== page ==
Taking supplements can be a great way to ensure good oral health in addition to your usual oral hygiene habits. While it’s always best to get your nutrients from whole foods, supplements can help fill in any gaps in your diet and provide additional benefits.
Here are some supplements that may improve oral health:
- Vitamin D: plays an important role in oral health by helping your body absorb calcium and phosphorus, which are essential for healthy teeth and bones1.
- Calcium: helps form and maintain strong bones and teeth2.
- Vitamin C: helps prevent gum disease by strengthening blood vessels and reducing inflammation1.
- Coenzyme Q10 (CoQ10): helps reduce inflammation in the mouth and may help treat gum disease3.
- Probiotics: may help reduce inflammation in the mouth and improve oral health1.
You can get these vitamins naturally from foods such as milk, cheese, yogurt, leafy greens, citrus fruits, berries, tomatoes, peppers, broccoli, nuts, seeds, and fatty fish.
Incorporating these supplements into your diet can help improve your oral health and overall well-being.
You should also look at adding more vitamin K2 foods to your diet as they can benefit your oral and dental health in the following ways:
- Builds New Dentin
K2 activates osteocalcin, which then encourages new dentin (the calcified tissue under the tooth’s enamel) to grow. Working synergistically with vitamins A and D, this creation of dentin results in fewer cavities.
- Slows Tooth Degradation
Because it directs calcium where it’s supposed to go—out of the bloodstream and into the teeth and bones—most experts agree that K2 can slow down the loss of tooth and bone mass that usually comes with age. In fact, vitamin K2 can actually increase bone mass.
- Leads to Normal Facial Structure
Vitamin K2 may be particularly important for the development of the bones and structure of the face. Although the severe version of this, known as maxillonasal dysplasia or “Binder’s syndrome,” is rare.
The lack of K2 in most mothers’ diets may lead to more frequent needs for braces and other oral interventions in children. Ensuring activation of all the K2-dependent proteins might be the most important step we can take to safeguard the smiles of our children and grandchildren.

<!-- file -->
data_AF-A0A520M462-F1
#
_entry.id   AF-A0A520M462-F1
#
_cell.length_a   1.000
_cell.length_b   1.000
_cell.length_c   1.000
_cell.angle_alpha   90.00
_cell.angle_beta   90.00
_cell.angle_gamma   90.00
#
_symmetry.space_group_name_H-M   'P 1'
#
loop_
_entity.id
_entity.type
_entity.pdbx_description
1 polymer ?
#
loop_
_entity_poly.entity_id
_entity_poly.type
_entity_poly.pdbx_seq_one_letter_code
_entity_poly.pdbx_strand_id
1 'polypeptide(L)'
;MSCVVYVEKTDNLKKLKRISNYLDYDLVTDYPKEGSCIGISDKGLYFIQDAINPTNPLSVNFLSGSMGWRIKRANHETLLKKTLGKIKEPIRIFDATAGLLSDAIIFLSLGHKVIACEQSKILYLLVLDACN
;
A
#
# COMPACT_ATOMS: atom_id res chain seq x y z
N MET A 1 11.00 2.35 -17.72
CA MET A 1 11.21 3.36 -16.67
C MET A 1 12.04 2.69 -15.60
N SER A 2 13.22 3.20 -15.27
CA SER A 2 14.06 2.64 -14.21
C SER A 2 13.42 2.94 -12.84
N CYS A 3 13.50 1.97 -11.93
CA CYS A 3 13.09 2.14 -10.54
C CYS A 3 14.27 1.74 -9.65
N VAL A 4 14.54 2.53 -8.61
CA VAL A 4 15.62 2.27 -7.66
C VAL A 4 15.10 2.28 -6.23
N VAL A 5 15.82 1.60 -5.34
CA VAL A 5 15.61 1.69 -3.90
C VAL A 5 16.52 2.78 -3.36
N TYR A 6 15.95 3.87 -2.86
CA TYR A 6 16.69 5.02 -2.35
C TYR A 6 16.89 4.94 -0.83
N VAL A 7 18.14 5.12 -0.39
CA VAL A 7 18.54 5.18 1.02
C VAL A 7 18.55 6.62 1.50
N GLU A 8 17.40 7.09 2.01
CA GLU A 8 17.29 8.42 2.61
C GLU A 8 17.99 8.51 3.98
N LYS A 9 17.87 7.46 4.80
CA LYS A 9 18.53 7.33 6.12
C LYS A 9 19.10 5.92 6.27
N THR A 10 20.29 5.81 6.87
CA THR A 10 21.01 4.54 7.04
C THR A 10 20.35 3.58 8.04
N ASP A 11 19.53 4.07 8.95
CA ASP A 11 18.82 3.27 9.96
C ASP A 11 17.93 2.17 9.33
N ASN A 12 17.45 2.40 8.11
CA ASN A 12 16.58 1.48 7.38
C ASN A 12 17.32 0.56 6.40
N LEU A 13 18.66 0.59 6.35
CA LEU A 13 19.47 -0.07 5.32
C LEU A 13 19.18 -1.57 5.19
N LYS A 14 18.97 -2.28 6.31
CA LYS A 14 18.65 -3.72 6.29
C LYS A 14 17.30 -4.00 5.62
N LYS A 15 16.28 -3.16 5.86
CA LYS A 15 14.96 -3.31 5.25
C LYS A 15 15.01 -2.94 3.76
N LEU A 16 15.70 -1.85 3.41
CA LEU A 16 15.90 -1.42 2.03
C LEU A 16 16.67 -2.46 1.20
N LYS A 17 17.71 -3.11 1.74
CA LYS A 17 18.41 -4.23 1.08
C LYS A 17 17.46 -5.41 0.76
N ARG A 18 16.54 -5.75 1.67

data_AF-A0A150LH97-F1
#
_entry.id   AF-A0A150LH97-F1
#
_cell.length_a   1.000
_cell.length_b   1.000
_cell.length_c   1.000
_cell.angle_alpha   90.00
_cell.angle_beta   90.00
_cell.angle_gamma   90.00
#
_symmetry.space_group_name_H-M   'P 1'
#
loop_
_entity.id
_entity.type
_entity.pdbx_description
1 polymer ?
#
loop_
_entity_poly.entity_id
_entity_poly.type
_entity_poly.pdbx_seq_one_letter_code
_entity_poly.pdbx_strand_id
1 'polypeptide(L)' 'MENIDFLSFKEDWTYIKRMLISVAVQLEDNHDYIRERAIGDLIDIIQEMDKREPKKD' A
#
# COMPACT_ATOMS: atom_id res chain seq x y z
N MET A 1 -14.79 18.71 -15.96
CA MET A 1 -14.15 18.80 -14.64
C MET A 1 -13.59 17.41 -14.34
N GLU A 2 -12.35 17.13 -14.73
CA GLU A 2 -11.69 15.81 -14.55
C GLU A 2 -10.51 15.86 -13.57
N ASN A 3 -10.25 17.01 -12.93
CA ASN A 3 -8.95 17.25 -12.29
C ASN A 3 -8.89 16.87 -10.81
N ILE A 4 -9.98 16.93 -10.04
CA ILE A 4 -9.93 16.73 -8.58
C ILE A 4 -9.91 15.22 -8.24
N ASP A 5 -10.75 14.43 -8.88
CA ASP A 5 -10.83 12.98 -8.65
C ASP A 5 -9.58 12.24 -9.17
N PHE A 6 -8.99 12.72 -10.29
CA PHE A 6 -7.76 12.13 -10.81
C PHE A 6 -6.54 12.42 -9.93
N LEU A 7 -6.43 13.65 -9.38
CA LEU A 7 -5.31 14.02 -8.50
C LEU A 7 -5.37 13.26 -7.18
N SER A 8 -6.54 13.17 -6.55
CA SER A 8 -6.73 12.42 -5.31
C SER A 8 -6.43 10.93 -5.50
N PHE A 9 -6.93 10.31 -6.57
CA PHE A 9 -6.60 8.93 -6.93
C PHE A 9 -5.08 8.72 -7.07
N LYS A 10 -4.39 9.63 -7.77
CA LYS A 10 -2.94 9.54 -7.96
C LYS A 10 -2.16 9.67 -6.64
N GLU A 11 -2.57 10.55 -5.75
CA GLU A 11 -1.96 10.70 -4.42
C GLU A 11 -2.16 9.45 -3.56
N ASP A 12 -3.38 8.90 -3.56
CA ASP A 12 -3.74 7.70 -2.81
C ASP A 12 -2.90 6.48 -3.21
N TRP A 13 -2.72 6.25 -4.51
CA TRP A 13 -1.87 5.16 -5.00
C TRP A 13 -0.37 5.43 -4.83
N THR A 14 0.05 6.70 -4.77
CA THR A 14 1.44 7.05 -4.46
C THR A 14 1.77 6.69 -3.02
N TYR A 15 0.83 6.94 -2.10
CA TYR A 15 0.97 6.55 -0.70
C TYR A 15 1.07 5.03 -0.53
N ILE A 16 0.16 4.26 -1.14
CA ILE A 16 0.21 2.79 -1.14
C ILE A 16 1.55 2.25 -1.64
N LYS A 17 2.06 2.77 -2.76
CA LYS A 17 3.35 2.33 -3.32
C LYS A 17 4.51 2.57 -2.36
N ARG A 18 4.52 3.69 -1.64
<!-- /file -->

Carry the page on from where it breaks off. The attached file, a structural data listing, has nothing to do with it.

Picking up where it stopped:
- Kills Cavity-Causing Bacteria
The salivary glands are the third-largest storage space for vitamin K2 in the body, after the bones and pancreas.
Disruptions in the oral microbiome play a major part in cavity formation, so keeping bad bacteria in check by ensuring adequate K2 consumption may lead to fewer cavities.
- Supports Total Body Health
We are firm believers that what happens in the mouth happens in the body. It’s not surprising, then, that vitamin K2 isn’t just good for your teeth—it can support health and wellness throughout the body.
Research has documented vitamin K2’s role in treating or preventing the following conditions:
- Heart disease (vitamin K2 is the only nutrient that not only protects from heart disease but can actually reverse the build-up of arterial plaque)
- Alzheimer’s disease
- Varicose veins/thrombosis
- Rheumatoid arthritis
- Kidney disease
K2 Deficiency Signs and Symptoms
Although K2-specific blood tests are not yet available in most medical practices, there are some common signs and symptoms that may point to a vitamin K2 deficiency.
- You are a vegan and don’t eat natto or other vitamin K2 foods
- Experience plaque build-up in arteries
- Develop kidney stones
- Frequently get cavities
- Required braces as a child
- Are insulin resistant
- Often break or fracture your bones
- Varicose veins
Top Vitamin K2 Foods
By consuming the following vitamin K2 foods, you can easily increase your levels of this important nutrient and better support tooth remineralization, while also preventing cavities. In 3.5-ounce portions, the highest vitamin K2 foods are:
- Natto—1103.4 micrograms
- Goose liver pate—369 micrograms
- Hard cheeses—76.3 micrograms
- Soft cheeses—56.5 micrograms
- Goose leg—31 micrograms
- Egg yolk—15.5 micrograms
- Butter—15 micrograms
- Chicken liver (raw)—14.1 micrograms
- Chicken liver (pan-fried)—12.6 micrograms
- Cheddar cheese—10.2 micrograms
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